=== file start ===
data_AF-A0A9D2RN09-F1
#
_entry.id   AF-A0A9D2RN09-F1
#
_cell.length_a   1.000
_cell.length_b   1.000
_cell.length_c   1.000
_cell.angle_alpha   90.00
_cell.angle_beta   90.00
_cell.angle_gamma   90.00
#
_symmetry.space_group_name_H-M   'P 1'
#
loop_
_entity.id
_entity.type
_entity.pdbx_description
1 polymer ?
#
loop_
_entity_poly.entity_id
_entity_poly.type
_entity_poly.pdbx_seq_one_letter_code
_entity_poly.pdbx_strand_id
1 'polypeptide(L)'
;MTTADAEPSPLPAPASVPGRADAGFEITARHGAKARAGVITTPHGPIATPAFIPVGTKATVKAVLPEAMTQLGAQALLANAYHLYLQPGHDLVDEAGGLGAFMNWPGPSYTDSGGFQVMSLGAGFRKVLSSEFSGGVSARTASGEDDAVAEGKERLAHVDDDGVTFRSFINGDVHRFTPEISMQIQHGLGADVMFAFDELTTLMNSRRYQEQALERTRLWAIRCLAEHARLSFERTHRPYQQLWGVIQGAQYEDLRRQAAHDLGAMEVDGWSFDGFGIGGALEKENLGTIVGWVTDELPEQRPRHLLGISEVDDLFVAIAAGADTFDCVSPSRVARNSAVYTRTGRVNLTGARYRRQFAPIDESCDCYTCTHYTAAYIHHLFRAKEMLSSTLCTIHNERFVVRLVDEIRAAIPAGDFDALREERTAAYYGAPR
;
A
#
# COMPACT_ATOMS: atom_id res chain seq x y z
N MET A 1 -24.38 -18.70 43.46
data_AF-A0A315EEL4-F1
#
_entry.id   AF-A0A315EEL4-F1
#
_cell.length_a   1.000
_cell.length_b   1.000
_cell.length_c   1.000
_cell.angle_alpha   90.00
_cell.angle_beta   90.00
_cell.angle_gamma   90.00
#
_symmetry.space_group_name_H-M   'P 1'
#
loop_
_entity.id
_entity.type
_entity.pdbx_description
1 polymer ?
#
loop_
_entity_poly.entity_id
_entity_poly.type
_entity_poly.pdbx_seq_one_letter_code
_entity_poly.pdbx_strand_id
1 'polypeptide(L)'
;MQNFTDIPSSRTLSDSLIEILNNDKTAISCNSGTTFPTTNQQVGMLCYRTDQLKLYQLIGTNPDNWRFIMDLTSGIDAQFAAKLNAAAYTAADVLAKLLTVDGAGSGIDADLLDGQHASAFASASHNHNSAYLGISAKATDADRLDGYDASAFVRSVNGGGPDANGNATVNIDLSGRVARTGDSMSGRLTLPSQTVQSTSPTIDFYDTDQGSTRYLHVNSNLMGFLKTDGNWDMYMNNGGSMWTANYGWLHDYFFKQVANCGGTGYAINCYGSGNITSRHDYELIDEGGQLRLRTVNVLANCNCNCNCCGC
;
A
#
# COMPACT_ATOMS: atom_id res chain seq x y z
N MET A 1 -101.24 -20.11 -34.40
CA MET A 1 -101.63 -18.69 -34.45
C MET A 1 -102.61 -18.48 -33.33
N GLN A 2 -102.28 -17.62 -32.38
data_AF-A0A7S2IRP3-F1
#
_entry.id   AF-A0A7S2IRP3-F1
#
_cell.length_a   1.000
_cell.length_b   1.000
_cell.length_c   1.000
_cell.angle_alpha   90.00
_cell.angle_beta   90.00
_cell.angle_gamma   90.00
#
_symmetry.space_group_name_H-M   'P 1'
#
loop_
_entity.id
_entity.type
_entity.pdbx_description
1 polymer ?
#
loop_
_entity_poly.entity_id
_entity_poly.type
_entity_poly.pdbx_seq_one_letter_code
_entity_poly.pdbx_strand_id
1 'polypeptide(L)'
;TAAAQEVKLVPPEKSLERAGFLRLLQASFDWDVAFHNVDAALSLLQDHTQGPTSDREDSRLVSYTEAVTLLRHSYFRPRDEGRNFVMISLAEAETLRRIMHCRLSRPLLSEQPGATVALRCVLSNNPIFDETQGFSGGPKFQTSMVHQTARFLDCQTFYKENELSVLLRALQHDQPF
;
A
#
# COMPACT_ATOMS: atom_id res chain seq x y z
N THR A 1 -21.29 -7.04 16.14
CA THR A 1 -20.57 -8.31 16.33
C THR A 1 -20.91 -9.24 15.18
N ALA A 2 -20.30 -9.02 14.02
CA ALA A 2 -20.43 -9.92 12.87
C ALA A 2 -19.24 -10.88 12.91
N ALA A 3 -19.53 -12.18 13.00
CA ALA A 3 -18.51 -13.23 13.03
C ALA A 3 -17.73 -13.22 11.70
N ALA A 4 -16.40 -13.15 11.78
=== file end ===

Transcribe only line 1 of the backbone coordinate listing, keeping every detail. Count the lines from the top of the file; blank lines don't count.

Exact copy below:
data_AF-A0A9D2RN09-F1